This is a contentious subject among gamers, known for their asperger-like devotion to every minute detail they can argue about.  The most prominent arguments for non-regeneration of health is that it is the original method used in most FPS games of old, it takes more strategy, and only casual Wii bowling players will opt for regeneration.  At the other end of the spectrum, people argue for regeneration in that pausing to get into a menu, selecting your medkits, and then going back into the fight fully healed takes you out of the action, can make games annoyingly difficult, and is not conductive to an e-sports type of competitive gaming like Call of Duty or Battlefield.  Both sides make good points, and I have played games of both types that I have enjoyed immensely.  But is there one system that simply works better, or is there a new type of system that could placate the two sides into agreement?

Doctor, I don't know what it is, I've just been feeling about 59% lately...

It got me to thinking.  I love some Call of Duty firefights where bullets are flying at you, you’re hiding beneath an open window, explosions in the distance.  Your screen is outlined in red, you’re close to death, and you need to wait it out before you get back into the action.  But do I love it because that’s a fun game, and a fun situation with others, despite the regeneration of health?  I think indeed, I do love it despite that flawed system.  Its just so unrealistic, I believe the gameplay could be improved by altering the healing system (to take longer to fully heal) or to have some sort of health pack system thrown in.  The current trend in FPS games since about 2001 is to have health regenerate automatically, but I’m wondering if this is a situation that helps newcomers, and thus helps sales, to the detriment of the overall experience.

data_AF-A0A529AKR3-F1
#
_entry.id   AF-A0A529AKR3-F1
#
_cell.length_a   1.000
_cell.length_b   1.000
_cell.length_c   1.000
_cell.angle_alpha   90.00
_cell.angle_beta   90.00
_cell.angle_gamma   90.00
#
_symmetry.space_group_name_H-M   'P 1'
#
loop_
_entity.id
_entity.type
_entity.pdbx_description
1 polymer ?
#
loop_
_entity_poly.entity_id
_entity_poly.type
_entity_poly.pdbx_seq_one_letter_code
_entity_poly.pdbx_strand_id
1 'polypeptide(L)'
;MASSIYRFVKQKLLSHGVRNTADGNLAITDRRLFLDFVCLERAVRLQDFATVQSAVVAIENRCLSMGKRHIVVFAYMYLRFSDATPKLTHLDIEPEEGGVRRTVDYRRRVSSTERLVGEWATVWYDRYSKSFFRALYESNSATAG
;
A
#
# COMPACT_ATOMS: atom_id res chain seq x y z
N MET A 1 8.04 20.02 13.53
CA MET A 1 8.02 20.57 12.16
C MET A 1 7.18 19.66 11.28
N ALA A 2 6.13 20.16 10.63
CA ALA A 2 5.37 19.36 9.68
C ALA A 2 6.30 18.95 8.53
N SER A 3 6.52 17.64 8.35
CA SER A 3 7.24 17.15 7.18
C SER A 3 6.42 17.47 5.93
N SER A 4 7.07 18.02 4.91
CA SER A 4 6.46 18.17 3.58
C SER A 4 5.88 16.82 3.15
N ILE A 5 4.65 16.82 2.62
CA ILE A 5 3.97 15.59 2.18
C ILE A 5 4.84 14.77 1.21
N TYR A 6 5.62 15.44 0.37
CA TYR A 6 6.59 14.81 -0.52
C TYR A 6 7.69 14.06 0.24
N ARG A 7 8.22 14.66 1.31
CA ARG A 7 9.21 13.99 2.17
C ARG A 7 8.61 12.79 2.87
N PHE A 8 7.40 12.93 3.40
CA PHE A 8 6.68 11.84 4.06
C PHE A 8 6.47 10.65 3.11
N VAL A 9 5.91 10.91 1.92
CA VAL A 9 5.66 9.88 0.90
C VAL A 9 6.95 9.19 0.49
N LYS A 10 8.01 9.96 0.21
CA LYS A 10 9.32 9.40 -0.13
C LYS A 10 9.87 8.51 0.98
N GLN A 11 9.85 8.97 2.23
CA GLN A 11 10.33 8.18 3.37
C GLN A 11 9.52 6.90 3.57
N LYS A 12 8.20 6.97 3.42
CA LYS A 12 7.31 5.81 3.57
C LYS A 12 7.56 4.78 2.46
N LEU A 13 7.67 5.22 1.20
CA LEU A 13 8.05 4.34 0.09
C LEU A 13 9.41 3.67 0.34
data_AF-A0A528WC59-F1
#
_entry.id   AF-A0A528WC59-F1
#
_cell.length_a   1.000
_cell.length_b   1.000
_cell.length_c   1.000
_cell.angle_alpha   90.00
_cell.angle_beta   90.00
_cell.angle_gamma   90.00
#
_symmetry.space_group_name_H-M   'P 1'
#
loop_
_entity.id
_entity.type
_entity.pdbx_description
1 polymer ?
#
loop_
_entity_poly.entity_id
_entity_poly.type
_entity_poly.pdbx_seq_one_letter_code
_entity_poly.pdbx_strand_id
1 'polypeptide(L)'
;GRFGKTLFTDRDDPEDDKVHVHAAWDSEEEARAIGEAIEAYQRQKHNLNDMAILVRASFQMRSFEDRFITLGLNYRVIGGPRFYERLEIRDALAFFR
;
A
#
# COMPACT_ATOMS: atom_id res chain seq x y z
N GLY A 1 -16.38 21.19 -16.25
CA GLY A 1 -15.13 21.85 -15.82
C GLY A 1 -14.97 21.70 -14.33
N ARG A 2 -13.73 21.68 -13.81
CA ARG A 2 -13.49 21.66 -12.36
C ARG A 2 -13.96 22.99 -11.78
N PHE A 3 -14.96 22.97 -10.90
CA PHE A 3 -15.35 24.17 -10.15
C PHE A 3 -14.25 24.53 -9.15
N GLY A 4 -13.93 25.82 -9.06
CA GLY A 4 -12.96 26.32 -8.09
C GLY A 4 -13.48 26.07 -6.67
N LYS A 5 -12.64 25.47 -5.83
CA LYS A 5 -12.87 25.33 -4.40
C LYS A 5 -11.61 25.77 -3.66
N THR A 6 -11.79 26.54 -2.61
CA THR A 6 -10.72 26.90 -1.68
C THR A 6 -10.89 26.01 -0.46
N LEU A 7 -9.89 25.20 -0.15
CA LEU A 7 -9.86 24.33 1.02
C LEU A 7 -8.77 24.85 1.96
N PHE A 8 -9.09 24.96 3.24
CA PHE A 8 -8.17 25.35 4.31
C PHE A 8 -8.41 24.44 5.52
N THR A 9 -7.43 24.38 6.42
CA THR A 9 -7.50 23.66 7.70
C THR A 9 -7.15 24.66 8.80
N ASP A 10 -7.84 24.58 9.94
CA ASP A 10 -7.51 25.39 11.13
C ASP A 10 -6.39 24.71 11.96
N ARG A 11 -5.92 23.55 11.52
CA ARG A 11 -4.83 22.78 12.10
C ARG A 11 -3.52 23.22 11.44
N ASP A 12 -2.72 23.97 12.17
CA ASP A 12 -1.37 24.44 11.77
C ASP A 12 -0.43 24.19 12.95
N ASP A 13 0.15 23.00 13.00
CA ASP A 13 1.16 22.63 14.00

There is a good article detailing someone’s first hand experience involving Half Life, explaining why the regeneration system may take away from the gameplay experience, which you can read here.  A lot of the time I find myself in regen games simply waiting for my health to come back, and not actively looking for ways to boost my health.  Actively looking for health means I must progress and not just wait around.  I must explore, I must search for ways to help myself, and this adds in a more desperate, frantic feel to a first person shooter, a feeling that should be present instead of sitting around until my screen gets less red.  Of course, I’m speaking mostly towards singleplayer gameplay at this point, but I believe it could translate well to multiplayer also, even if concessions were made, where health could regenerate but at a much slower pace.  None of this is to say that games that let you regenerate health aren’t fun; hell, that would be saying that most games over the past 10 years haven’t been fun.  But there might be a system, discarded in the early days of FPSs, that could use revisiting and could possibly add to the experience.  Goldeneye 64 did not have a regeneration system for health, and that multiplayer is among the most epic out there.  I don’t think FPS multiplayer was thus improved in the years since, when that system was discarded in favor of a red screen and the impulse to hide for a while.  I believe a better system would be a set health system, where you have to actively gain more health, and not passively as so many games tend to do.  But for God’s sake, don’t make the health packs be painkillers.  We have to do something more realistic than that.

Just regenerating my health, be out in a second